According to reports in the Wall Street Journal, Vanity Fair and Business Insider, investors aligned with the Trump family are exploring opportunities to fund a conservative media venture or Trump-themed media outlet.
If Biden wins, Fox Corp-owned Fox News could still attract a large audience, with the Democratic president’s critics rallying the network’s largely conservative base. More liberal viewers may have less reason to watch AT&T Inc -owned CNN and Comcast Corp’s MSNBC, where anchors such as Don Lemon and Rachel Maddow have covered Trump’s misdeeds with outrage since he took office.
To be sure, other national crises will still drive the news cycle no matter who gets elected. With a COVID-19 vaccine not expected to be generally available in the United States until mid-2021, Americans are likely to experience continued travel and other restrictions - homebound and seeking clarity from the media about what happens next.
U.S. President Trump has imposed $370 billion in tariffs on goods imported from China, part of his “America First” agenda. Those tariffs on products ranging from handbags to small electronics are estimated to have cost U.S. importers some $61.6 billion through early September, according to U.S. Customs and Border Protection, and have been blamed for eroding U.S. manufacturing competitiveness. Retailers argue the tariffs will result in higher prices for consumers and lost jobs.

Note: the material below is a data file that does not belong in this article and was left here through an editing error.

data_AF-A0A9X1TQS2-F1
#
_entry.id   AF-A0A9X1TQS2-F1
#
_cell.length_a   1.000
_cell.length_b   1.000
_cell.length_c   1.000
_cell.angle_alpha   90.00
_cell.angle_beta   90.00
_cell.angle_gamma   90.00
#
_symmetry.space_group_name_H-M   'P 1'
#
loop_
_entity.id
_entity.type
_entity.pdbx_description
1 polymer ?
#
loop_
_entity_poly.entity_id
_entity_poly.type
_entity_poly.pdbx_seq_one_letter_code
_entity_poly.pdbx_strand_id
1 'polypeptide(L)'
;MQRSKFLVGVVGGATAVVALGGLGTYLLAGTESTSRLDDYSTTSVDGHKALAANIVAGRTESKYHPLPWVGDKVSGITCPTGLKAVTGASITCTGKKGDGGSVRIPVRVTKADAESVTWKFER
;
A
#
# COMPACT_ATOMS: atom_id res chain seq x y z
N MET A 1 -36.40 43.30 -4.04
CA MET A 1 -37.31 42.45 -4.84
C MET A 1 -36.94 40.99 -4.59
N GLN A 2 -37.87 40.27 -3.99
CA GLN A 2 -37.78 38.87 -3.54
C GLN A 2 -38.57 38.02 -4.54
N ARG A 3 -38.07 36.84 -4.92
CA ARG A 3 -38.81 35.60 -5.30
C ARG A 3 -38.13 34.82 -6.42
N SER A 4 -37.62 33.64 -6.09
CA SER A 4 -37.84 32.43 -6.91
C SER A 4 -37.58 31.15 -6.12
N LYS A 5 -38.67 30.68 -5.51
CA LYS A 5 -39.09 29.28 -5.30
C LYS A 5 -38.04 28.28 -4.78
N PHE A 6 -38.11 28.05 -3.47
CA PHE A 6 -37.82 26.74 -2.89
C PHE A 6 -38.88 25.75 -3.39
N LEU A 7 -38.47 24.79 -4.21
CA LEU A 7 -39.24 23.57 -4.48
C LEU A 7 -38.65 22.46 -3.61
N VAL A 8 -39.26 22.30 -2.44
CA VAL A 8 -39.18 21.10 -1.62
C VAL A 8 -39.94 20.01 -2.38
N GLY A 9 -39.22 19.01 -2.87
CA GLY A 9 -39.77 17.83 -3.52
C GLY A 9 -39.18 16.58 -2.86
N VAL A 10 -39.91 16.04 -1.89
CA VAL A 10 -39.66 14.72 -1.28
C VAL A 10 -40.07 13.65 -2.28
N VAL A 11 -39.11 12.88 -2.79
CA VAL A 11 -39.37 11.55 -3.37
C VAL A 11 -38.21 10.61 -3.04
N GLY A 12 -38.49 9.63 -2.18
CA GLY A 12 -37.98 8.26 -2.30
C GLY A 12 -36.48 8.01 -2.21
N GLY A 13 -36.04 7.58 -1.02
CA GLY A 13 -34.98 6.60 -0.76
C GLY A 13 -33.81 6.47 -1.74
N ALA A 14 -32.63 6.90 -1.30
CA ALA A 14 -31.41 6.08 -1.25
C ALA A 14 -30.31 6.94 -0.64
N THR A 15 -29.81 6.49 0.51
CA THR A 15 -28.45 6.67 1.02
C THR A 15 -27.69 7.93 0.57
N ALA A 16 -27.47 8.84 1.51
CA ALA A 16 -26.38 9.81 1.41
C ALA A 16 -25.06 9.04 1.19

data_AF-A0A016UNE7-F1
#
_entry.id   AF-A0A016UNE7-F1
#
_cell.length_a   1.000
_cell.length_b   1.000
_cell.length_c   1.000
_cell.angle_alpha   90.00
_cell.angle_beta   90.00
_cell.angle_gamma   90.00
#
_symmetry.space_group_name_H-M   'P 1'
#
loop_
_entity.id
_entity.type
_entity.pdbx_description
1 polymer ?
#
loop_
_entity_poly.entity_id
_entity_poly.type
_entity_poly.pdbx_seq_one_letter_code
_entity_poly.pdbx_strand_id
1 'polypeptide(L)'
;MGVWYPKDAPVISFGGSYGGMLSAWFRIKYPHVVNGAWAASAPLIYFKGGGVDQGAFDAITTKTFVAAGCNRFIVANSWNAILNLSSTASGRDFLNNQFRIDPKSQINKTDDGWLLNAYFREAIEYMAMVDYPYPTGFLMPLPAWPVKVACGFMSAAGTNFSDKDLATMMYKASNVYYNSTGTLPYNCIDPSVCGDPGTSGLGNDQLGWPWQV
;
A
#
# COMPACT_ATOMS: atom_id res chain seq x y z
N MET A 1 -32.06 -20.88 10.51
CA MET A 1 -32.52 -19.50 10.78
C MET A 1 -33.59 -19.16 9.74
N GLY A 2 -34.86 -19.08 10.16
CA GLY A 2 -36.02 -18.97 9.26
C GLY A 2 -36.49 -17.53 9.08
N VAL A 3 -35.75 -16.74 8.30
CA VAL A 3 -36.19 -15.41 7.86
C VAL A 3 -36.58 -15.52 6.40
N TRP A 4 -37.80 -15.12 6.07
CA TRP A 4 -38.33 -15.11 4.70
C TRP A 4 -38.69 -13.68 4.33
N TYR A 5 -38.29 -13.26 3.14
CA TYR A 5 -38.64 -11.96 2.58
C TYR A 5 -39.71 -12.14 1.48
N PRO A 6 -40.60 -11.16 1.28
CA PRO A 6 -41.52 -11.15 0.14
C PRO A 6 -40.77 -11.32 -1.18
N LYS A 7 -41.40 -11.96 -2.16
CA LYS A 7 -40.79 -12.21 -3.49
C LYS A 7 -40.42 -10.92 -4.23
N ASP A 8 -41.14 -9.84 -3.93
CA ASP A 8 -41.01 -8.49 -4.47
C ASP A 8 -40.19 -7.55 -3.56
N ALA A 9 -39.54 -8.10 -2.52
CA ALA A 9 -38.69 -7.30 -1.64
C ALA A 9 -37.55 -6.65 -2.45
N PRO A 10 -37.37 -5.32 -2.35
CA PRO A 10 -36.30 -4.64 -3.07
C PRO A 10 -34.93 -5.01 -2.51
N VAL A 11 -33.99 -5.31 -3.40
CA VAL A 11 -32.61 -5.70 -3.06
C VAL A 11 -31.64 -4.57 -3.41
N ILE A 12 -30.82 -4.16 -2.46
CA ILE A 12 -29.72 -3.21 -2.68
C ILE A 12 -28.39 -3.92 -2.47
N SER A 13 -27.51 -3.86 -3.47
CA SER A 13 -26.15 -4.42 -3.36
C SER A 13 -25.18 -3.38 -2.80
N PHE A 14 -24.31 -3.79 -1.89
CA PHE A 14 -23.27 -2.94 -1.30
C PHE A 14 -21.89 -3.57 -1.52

“If Biden wins, we expect that he will look to reevaluate the current strategy on trade,” said Jonathan Gold, National Retail Federation Vice President for Supply Chain and Customs Policy.
In general, retailers need a trade policy that provides certainty and stability as they plan supply chains to meet customer needs in a time when COVID-19 is creating more uncertainty, Gold said. (Reporting by Helen Coster, Lisa Baertlein, Carl O’Donnell, Paresh Dave, Tina Bellon and David Shepardson; Editing by Edward Tobin)